A Muni trolley bus rolls on the system's No. 6-Parnassus route. (Deborah Svoboda/KQED)
A Muni trolley bus rolls on the system’s No. 6-Parnassus route. (Deborah Svoboda/KQED) (Deborah Svoboda/KQED)

San Francisco transportation officials confirmed Monday that they’ve reached a tentative agreement in a contract dispute with Muni bus and rail operators that led to the partial shutdown of the city’s transit system earlier this month.

San Francisco Municipal Transportation Agency Director Ed Reiskin said after a closed session of the agency’s board that former Mayor Willie Brown mediated the pact at the request of Mayor Ed Lee.

“I do believe it wouldn’t have happened without him,” Reiskin said of Brown’s role in brokering the new contract. The union will vote on the agreement next week. If it approves the deal, the MTA board of directors will vote on the pact July 15.

No details of the agreement were immediately available, but the major dispute between the two sides centered on future pension payments that union members will make.

An agreement reached in early May, and later rejected by the rank and file of Transport Workers Union Local 250-A, called for workers to begin paying 7.5 percent in pension contributions for which the city has been responsible. In exchange, union members would get a 5.05 percent wage increase to offset the the new pension payment. They’d also get a raise of 3 percent in the first year of the two-year contract, and a cost of living increase of 2.5 percent to 3.5 percent in the second year.

Union officials said an analysis of the deal, done after they had initially agreed to the pact,showed that members would actually have less take-home pay despite their higher gross wages, which could have reached $33 an hour.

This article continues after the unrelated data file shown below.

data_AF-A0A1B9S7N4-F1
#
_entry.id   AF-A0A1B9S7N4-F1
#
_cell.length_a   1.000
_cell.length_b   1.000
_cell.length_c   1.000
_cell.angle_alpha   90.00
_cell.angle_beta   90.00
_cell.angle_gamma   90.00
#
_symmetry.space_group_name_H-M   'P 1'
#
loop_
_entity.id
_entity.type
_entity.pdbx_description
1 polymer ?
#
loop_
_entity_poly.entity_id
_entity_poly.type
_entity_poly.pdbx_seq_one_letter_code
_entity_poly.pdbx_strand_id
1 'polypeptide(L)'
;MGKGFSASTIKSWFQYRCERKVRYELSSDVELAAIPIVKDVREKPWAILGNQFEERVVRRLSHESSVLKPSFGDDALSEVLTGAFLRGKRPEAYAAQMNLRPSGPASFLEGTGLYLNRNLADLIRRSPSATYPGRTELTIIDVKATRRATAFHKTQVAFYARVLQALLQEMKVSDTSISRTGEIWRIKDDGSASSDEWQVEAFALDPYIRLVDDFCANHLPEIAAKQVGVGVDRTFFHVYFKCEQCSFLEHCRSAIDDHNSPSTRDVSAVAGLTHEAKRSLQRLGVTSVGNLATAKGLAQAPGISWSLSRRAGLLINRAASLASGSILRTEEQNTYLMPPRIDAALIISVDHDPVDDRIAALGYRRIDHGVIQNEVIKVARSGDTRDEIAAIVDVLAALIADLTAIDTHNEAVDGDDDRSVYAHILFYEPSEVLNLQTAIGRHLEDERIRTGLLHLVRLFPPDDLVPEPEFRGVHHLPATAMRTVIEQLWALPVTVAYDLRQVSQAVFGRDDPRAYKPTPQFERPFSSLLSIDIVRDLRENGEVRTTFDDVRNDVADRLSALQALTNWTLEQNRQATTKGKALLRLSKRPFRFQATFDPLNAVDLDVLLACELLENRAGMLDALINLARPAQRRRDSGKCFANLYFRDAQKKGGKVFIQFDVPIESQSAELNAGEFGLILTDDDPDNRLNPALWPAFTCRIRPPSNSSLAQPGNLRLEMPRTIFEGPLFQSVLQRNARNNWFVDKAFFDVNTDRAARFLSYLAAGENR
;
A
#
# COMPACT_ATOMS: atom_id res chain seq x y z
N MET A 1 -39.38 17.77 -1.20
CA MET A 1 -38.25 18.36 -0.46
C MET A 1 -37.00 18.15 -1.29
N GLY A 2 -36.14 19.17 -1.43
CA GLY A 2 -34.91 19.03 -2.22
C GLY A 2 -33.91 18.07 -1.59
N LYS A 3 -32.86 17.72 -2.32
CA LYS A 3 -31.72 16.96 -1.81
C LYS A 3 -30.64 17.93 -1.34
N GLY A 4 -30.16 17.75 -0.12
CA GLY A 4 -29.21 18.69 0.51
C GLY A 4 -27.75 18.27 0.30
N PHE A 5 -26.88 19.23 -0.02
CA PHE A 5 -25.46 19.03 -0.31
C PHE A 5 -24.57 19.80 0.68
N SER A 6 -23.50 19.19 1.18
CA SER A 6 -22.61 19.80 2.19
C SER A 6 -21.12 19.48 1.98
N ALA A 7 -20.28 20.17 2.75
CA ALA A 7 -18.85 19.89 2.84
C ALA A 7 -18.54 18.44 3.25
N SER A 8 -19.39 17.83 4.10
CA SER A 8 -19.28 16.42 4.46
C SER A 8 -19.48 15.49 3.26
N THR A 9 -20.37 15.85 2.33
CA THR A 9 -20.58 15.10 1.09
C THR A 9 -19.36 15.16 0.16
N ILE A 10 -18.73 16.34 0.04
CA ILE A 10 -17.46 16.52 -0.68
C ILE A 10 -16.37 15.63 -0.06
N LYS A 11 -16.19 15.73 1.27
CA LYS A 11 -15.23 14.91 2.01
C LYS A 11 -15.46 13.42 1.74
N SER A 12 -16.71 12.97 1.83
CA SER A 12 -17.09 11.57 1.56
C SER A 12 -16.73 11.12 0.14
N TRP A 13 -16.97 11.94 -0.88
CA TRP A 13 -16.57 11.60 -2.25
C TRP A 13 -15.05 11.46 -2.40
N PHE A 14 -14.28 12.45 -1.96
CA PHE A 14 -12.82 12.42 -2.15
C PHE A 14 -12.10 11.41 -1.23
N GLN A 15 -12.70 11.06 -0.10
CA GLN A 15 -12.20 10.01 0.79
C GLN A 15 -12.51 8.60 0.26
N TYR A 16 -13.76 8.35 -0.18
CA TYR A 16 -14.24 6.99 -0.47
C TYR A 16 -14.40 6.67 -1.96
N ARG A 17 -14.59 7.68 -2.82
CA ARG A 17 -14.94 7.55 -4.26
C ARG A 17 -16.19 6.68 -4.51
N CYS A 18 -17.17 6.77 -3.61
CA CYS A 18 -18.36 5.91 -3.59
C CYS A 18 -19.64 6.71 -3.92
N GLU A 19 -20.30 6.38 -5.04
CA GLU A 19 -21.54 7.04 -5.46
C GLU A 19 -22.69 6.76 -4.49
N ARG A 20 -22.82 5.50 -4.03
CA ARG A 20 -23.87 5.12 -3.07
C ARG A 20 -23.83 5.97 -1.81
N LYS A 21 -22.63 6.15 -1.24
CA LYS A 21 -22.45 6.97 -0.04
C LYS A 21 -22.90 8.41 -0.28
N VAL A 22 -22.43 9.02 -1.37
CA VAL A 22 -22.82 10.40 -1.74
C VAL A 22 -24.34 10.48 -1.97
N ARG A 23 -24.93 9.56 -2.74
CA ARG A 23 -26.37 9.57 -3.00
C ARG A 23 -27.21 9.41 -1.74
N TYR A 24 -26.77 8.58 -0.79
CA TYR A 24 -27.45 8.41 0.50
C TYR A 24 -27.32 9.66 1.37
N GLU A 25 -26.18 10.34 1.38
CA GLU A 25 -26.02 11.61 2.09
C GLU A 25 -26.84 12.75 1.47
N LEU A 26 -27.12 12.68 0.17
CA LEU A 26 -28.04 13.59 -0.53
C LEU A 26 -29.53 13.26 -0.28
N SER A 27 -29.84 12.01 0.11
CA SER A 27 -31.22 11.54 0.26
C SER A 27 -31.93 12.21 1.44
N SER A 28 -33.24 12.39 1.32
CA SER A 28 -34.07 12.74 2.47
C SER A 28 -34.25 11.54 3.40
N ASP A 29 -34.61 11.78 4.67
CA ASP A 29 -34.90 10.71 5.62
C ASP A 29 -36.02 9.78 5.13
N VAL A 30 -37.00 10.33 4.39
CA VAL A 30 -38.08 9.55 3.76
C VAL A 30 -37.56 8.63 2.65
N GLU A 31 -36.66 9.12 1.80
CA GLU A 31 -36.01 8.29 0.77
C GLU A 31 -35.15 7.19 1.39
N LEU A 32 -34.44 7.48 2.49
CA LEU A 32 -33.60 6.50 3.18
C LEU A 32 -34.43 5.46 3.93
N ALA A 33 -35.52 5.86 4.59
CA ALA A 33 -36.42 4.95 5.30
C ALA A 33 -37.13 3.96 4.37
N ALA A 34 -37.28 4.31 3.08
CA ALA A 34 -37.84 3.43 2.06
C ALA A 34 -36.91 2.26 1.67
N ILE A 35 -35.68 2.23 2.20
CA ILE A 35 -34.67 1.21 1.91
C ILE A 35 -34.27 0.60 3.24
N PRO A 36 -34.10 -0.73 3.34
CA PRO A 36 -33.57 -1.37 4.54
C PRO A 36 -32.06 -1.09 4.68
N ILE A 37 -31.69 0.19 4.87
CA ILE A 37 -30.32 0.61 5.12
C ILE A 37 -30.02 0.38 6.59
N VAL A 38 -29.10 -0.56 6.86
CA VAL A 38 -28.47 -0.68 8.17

The dispute led Local 250-A members to reject the contract with a 96 percent “no” vote. That decision was followed by a three-day sickout in early June that crippled Muni service.


Dan Brekke

Dan Brekke is a blogger, reporter and editor for KQED News, responsible for online breaking news coverage of topics ranging from California water issues to the Bay Area's transportation challenges. In a newsroom career that began in Chicago in 1972, Dan has worked as a city and foreign/national editor for The San Francisco Examiner, editor at Wired News, deputy editor at Wired magazine, managing editor at TechTV as well as for several Web startups.

Since joining KQED in 2007, Dan has reported, edited and produced both radio and online features and breaking news pieces. He has shared in two Society of Professional Journalists Norcal Excellence in Journalism awards — for his 2012 reporting on a KQED Science series on water and power in California, and in 2014, for KQED's comprehensive reporting on the south Napa earthquake.

In addition to his 44 years of on-the-job education, Dan is a lifelong student of history and is still pursuing an undergraduate degree.

Email Dan at: dbrekke@kqed.org

Twitter: twitter.com/danbrekke
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